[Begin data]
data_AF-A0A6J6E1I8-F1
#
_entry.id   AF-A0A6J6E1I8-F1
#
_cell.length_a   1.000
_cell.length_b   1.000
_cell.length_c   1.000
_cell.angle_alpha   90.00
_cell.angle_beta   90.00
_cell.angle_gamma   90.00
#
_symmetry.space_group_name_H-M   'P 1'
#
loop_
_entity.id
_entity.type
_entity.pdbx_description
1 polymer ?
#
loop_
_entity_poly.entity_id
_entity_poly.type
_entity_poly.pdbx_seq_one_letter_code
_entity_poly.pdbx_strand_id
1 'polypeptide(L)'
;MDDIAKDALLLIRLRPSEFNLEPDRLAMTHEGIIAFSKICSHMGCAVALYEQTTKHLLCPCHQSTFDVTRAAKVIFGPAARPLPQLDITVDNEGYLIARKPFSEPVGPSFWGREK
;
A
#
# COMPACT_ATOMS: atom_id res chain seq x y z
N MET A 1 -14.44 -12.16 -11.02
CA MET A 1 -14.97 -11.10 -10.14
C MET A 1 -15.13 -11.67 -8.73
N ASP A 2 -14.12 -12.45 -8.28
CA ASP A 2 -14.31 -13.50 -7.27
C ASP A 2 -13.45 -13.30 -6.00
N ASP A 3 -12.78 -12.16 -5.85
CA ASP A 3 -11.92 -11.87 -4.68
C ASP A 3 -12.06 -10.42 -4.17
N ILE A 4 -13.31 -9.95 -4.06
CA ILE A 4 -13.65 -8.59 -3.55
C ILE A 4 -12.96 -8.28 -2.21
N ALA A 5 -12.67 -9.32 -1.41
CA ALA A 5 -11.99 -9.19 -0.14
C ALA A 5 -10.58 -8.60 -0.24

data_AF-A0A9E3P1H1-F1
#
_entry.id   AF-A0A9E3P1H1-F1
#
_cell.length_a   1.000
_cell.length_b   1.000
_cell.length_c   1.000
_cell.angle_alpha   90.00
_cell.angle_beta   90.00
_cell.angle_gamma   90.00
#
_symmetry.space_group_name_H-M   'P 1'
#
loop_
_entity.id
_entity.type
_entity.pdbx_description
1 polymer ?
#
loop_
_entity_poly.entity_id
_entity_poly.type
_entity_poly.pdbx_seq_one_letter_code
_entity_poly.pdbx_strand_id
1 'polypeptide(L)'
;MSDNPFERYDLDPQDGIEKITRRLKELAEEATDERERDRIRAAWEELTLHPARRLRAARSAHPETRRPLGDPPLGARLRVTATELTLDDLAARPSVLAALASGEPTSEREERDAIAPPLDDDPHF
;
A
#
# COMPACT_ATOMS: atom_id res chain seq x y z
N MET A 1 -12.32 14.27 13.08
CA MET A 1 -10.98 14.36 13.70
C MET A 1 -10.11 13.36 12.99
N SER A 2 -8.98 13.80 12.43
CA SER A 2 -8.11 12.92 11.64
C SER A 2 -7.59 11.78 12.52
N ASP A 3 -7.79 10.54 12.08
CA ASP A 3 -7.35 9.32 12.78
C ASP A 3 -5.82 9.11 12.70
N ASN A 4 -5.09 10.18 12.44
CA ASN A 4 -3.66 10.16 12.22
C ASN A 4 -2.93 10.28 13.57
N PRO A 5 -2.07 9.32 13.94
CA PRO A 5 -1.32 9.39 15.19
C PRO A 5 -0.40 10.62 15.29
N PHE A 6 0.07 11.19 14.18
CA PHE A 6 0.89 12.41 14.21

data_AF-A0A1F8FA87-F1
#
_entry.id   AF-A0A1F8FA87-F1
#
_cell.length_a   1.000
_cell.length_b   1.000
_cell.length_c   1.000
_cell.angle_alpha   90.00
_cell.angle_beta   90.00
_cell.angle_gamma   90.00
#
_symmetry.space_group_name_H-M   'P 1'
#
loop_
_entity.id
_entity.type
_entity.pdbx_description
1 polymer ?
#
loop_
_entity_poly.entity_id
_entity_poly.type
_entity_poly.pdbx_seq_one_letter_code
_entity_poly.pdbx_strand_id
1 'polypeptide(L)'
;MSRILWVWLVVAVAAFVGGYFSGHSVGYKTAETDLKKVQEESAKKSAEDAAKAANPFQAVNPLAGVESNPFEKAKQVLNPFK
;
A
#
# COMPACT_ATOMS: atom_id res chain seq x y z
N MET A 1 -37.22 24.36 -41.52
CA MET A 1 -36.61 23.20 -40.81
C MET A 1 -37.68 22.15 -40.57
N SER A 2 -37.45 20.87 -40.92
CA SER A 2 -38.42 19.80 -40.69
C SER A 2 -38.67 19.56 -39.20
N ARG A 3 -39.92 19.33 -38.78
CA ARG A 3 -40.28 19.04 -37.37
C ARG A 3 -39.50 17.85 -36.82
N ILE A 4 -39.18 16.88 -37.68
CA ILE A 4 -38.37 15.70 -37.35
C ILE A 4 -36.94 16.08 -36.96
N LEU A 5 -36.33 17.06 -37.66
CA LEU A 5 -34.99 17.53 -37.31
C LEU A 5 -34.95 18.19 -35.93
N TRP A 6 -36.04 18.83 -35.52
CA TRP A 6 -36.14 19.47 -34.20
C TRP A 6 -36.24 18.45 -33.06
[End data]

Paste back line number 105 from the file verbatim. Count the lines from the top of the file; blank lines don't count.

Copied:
#